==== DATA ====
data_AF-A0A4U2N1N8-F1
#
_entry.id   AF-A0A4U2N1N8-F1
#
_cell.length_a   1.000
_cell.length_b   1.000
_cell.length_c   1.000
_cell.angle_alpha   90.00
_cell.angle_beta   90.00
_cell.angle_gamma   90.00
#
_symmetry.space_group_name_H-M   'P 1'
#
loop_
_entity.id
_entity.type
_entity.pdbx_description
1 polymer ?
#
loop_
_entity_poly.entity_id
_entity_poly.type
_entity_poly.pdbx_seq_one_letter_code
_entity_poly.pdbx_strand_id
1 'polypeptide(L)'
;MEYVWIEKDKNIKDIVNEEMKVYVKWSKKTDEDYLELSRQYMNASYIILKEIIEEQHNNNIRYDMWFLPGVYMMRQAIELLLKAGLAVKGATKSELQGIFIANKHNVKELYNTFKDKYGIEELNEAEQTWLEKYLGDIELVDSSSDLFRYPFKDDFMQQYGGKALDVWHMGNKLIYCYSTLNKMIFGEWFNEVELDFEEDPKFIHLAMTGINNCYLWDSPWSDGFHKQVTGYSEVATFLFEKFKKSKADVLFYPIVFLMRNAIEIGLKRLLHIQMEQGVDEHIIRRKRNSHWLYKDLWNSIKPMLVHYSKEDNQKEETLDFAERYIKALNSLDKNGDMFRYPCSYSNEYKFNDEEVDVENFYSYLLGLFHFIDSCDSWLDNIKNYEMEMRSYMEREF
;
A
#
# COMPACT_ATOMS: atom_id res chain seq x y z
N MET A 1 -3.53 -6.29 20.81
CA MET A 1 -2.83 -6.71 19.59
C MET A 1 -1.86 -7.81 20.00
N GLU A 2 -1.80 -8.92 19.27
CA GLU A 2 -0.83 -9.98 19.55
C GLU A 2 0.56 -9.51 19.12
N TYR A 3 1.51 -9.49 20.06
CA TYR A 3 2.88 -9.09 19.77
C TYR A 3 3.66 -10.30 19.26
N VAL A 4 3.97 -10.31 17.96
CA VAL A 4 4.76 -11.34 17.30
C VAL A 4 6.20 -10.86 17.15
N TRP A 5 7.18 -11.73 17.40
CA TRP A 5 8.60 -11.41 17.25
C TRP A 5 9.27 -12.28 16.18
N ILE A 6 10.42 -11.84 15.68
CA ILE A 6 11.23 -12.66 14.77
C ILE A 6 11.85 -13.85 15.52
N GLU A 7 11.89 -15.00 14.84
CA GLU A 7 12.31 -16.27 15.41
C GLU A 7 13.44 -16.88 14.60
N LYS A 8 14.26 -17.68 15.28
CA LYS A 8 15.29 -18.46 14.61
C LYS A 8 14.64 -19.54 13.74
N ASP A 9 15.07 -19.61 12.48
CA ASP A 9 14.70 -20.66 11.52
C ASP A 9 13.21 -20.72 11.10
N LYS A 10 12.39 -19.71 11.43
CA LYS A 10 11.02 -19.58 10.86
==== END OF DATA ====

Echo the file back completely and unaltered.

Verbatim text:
data_AF-A0A4U2N1N8-F1
#
_entry.id   AF-A0A4U2N1N8-F1
#
_cell.length_a   1.000
_cell.length_b   1.000
_cell.length_c   1.000
_cell.angle_alpha   90.00
_cell.angle_beta   90.00
_cell.angle_gamma   90.00
#
_symmetry.space_group_name_H-M   'P 1'
#
loop_
_entity.id
_entity.type
_entity.pdbx_description
1 polymer ?
#
loop_
_entity_poly.entity_id
_entity_poly.type
_entity_poly.pdbx_seq_one_letter_code
_entity_poly.pdbx_strand_id
1 'polypeptide(L)'
;MEYVWIEKDKNIKDIVNEEMKVYVKWSKKTDEDYLELSRQYMNASYIILKEIIEEQHNNNIRYDMWFLPGVYMMRQAIELLLKAGLAVKGATKSELQGIFIANKHNVKELYNTFKDKYGIEELNEAEQTWLEKYLGDIELVDSSSDLFRYPFKDDFMQQYGGKALDVWHMGNKLIYCYSTLNKMIFGEWFNEVELDFEEDPKFIHLAMTGINNCYLWDSPWSDGFHKQVTGYSEVATFLFEKFKKSKADVLFYPIVFLMRNAIEIGLKRLLHIQMEQGVDEHIIRRKRNSHWLYKDLWNSIKPMLVHYSKEDNQKEETLDFAERYIKALNSLDKNGDMFRYPCSYSNEYKFNDEEVDVENFYSYLLGLFHFIDSCDSWLDNIKNYEMEMRSYMEREF
;
A
#
# COMPACT_ATOMS: atom_id res chain seq x y z
N MET A 1 -3.53 -6.29 20.81
CA MET A 1 -2.83 -6.71 19.59
C MET A 1 -1.86 -7.81 20.00
N GLU A 2 -1.80 -8.92 19.27
CA GLU A 2 -0.83 -9.98 19.55
C GLU A 2 0.56 -9.51 19.12
N TYR A 3 1.51 -9.49 20.06
CA TYR A 3 2.88 -9.09 19.77
C TYR A 3 3.66 -10.30 19.26
N VAL A 4 3.97 -10.31 17.96
CA VAL A 4 4.76 -11.34 17.30
C VAL A 4 6.20 -10.86 17.15
N TRP A 5 7.18 -11.73 17.40
CA TRP A 5 8.60 -11.41 17.25
C TRP A 5 9.27 -12.28 16.18
N ILE A 6 10.42 -11.84 15.68
CA ILE A 6 11.23 -12.66 14.77
C ILE A 6 11.85 -13.85 15.52
N GLU A 7 11.89 -15.00 14.84
CA GLU A 7 12.31 -16.27 15.41
C GLU A 7 13.44 -16.88 14.60
N LYS A 8 14.26 -17.68 15.28
CA LYS A 8 15.29 -18.46 14.61
C LYS A 8 14.64 -19.54 13.74
N ASP A 9 15.07 -19.61 12.48
CA ASP A 9 14.70 -20.66 11.52
C ASP A 9 13.21 -20.72 11.10
N LYS A 10 12.39 -19.71 11.43
CA LYS A 10 11.02 -19.58 10.86